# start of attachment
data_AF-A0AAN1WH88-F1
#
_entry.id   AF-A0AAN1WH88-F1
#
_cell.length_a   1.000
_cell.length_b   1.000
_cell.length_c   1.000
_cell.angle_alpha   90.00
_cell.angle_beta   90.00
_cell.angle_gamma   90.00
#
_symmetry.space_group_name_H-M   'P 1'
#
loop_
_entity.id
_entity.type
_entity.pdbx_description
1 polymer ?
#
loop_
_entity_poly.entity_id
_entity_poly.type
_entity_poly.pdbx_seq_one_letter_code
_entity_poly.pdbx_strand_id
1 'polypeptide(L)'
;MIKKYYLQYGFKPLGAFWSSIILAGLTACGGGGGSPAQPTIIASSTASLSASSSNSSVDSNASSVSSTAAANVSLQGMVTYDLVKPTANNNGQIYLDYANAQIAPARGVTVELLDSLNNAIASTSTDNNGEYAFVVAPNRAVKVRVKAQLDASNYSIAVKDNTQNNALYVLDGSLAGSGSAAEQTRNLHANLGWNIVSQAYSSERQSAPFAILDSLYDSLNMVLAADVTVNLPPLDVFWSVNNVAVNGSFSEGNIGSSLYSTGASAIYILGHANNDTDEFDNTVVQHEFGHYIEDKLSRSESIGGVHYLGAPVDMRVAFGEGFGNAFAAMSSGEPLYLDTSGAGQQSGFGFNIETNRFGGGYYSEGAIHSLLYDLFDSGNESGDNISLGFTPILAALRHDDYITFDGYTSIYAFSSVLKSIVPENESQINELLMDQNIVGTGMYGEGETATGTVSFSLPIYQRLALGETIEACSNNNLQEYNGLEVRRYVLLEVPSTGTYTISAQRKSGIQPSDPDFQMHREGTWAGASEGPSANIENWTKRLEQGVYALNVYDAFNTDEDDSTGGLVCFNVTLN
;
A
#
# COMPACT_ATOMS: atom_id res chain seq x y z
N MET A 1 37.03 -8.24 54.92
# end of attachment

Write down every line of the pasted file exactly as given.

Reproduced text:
data_AF-A0AAN1WH88-F1
#
_entry.id   AF-A0AAN1WH88-F1
#
_cell.length_a   1.000
_cell.length_b   1.000
_cell.length_c   1.000
_cell.angle_alpha   90.00
_cell.angle_beta   90.00
_cell.angle_gamma   90.00
#
_symmetry.space_group_name_H-M   'P 1'
#
loop_
_entity.id
_entity.type
_entity.pdbx_description
1 polymer ?
#
loop_
_entity_poly.entity_id
_entity_poly.type
_entity_poly.pdbx_seq_one_letter_code
_entity_poly.pdbx_strand_id
1 'polypeptide(L)'
;MIKKYYLQYGFKPLGAFWSSIILAGLTACGGGGGSPAQPTIIASSTASLSASSSNSSVDSNASSVSSTAAANVSLQGMVTYDLVKPTANNNGQIYLDYANAQIAPARGVTVELLDSLNNAIASTSTDNNGEYAFVVAPNRAVKVRVKAQLDASNYSIAVKDNTQNNALYVLDGSLAGSGSAAEQTRNLHANLGWNIVSQAYSSERQSAPFAILDSLYDSLNMVLAADVTVNLPPLDVFWSVNNVAVNGSFSEGNIGSSLYSTGASAIYILGHANNDTDEFDNTVVQHEFGHYIEDKLSRSESIGGVHYLGAPVDMRVAFGEGFGNAFAAMSSGEPLYLDTSGAGQQSGFGFNIETNRFGGGYYSEGAIHSLLYDLFDSGNESGDNISLGFTPILAALRHDDYITFDGYTSIYAFSSVLKSIVPENESQINELLMDQNIVGTGMYGEGETATGTVSFSLPIYQRLALGETIEACSNNNLQEYNGLEVRRYVLLEVPSTGTYTISAQRKSGIQPSDPDFQMHREGTWAGASEGPSANIENWTKRLEQGVYALNVYDAFNTDEDDSTGGLVCFNVTLN
;
A
#
# COMPACT_ATOMS: atom_id res chain seq x y z
N MET A 1 37.03 -8.24 54.92